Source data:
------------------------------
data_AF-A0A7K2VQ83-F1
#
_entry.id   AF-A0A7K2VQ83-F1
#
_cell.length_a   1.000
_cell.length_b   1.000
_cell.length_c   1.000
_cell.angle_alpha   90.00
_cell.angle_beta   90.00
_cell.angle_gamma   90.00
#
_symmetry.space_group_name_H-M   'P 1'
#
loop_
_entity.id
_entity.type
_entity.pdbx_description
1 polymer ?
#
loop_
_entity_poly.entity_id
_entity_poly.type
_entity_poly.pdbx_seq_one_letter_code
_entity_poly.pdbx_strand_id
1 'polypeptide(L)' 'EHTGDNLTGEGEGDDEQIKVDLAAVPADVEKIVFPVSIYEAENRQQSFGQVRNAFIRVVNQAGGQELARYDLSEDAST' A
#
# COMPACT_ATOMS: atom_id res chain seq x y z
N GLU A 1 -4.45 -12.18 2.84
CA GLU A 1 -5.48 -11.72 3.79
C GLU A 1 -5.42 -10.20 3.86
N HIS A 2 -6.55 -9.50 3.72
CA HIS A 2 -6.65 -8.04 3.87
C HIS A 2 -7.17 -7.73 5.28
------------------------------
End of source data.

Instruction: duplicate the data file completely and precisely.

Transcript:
data_AF-A0A7K2VQ83-F1
#
_entry.id   AF-A0A7K2VQ83-F1
#
_cell.length_a   1.000
_cell.length_b   1.000
_cell.length_c   1.000
_cell.angle_alpha   90.00
_cell.angle_beta   90.00
_cell.angle_gamma   90.00
#
_symmetry.space_group_name_H-M   'P 1'
#
loop_
_entity.id
_entity.type
_entity.pdbx_description
1 polymer ?
#
loop_
_entity_poly.entity_id
_entity_poly.type
_entity_poly.pdbx_seq_one_letter_code
_entity_poly.pdbx_strand_id
1 'polypeptide(L)' 'EHTGDNLTGEGEGDDEQIKVDLAAVPADVEKIVFPVSIYEAENRQQSFGQVRNAFIRVVNQAGGQELARYDLSEDAST' A
#
# COMPACT_ATOMS: atom_id res chain seq x y z
N GLU A 1 -4.45 -12.18 2.84
CA GLU A 1 -5.48 -11.72 3.79
C GLU A 1 -5.42 -10.20 3.86
N HIS A 2 -6.55 -9.50 3.72
CA HIS A 2 -6.65 -8.04 3.87
C HIS A 2 -7.17 -7.73 5.28